Every Friday the Globe & Mail carries a real estate section. So I decided to study the 1 August issue to learn the secrets of contemporary architecture. I and the bank co-own an old house, a place real estate agents call lived in, and not in a good sense. So maybe it’s time to do a
or at least learn
the lingo that goes with it. What’s hot
First of all, right angles and straight lines. Oh. I thought that was part of Architecture 101. At least in the real world. The stage is different of course. I once saw The Tales of Hoffmann performed on a slanted stage. I totally missed out on the music, as I waited for the performers to slide into the orchestra pit, but they hung in. And now I read in the NYer (5 August) that the play Our Late Night calls for a living room set that looks like it might tip over. Apparently the playwright, Wallace Shawn, wants us to give up certain comforts such as recognizable feelings and sights.
Okay, maybe that works for the stage, but in real life, if a place is out of plumb and has slanting floors and crooked walls, it’s just plain lived in. No, wait, my real estate parlance is out of date. According to the Globe, if a house is no longer an angular presence on the land, it’s called bruised.
Of course some people like a touch of drama in their lives. They don’t mind a slightly goofy piece of massing. Not sure what that means. Is it a synonym of bruised? Would it look like the Monde Condos, which resemble a snub-nosed wedge of cheese? Or would it just be really big, so big it feels like making a trek through an airport?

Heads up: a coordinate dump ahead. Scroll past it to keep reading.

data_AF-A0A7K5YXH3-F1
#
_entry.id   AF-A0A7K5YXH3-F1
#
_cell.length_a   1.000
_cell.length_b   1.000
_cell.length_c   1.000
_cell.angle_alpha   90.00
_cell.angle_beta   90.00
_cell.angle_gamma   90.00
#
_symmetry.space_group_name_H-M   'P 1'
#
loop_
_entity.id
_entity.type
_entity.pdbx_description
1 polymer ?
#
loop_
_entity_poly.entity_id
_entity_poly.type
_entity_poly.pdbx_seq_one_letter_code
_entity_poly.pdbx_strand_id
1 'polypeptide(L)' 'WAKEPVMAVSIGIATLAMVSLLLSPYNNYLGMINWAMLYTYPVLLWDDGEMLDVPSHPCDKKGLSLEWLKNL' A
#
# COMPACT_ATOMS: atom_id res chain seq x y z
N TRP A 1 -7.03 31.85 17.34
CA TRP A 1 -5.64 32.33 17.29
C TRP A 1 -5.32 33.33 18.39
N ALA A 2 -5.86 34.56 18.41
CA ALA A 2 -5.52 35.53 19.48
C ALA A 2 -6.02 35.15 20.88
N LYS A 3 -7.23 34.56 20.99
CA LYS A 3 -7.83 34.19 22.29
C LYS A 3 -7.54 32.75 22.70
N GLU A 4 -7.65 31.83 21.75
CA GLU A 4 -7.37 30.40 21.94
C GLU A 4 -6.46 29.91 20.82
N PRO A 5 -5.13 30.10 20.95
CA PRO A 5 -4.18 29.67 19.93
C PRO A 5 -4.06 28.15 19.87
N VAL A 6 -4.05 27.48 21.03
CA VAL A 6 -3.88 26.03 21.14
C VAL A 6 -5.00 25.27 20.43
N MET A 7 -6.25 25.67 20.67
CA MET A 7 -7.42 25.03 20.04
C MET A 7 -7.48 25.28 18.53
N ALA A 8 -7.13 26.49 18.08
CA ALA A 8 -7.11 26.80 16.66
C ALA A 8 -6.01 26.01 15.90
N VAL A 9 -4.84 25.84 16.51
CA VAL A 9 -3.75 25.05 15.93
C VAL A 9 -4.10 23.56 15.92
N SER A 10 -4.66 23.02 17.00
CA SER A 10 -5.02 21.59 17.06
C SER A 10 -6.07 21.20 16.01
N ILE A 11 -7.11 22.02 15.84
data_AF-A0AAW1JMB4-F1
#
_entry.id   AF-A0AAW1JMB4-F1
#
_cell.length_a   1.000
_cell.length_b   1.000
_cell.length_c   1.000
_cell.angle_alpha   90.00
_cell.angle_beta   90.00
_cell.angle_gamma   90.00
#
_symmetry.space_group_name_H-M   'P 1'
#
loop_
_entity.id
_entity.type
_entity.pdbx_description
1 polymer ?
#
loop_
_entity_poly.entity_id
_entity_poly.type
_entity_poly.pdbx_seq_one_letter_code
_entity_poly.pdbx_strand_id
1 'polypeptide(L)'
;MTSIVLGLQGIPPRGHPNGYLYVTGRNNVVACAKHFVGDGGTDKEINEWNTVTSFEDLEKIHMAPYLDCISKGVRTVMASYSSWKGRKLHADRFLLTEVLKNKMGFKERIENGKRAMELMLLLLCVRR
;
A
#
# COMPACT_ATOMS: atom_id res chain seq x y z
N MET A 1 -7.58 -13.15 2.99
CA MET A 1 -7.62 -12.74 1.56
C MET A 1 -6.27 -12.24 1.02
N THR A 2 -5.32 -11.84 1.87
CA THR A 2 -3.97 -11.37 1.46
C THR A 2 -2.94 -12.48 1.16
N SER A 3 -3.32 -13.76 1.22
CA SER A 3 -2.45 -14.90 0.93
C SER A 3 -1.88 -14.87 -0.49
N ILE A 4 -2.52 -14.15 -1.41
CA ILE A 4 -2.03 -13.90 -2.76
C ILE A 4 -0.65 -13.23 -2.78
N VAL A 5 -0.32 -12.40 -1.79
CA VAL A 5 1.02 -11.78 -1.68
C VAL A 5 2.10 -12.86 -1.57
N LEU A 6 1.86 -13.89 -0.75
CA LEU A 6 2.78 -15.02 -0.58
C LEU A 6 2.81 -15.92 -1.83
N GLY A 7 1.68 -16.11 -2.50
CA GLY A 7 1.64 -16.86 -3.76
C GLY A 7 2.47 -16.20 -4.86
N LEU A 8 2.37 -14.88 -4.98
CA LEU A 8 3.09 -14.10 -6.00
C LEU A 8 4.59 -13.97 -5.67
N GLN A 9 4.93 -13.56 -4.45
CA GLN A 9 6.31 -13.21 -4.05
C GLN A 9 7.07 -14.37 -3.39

In any case, you want the interior of your house to look sophisticated. How can you tell it’s sophisticated? Simple, if you read the Globe: Because it’s imported. Okay, so as long as we stay away from the cheap Canadian stuff, we are safe.
There is another article in the Globe with the heading Euclidean geometry. That’s what I want in my house: EG. If you have Euclidean Geometry, the sun’s rays won’t go straight as in boring old non-EG houses. They’ll cascade in. And the noise won’t reverberate down the staircase, as it might in tired and dated non-EG homes.
You also want to make sure the behaviour in your neighbourhood is decent. Some streets, according to the Globe, are cohabited by residential and commercial properties and, worse, people hang out back on the laneway. That sounds very disorderly to me. It’s probably the kind of neighbourhood where they sell crack videos of Mayor Ford.
Maybe I should forget about real houses altogether and invest my money in a painting of a house, like the one Ron Flarity bought on eBay for 500 dollars (Globe, 3 August). He hopes to sell it for a few million dollars as soon as he has established that it is the work of famed American painter Edward Hopper. It’s a modest clapboard house, but it comes with two women (one naked) and a frisky dog. One thing that makes me uneasy, though, is the signature, which looks like Edward Hoprer. I’m forgetful myself, but so far I’ve always managed to remember the spelling of my name. My credit card signature may look a little wobbly after a few drinks, you might even call it bruised, but it still reads Rummel and not Rumpel or some such.
Hmm. Wonder if I could sell my novels for a few million dollars if I signed them Rumpel.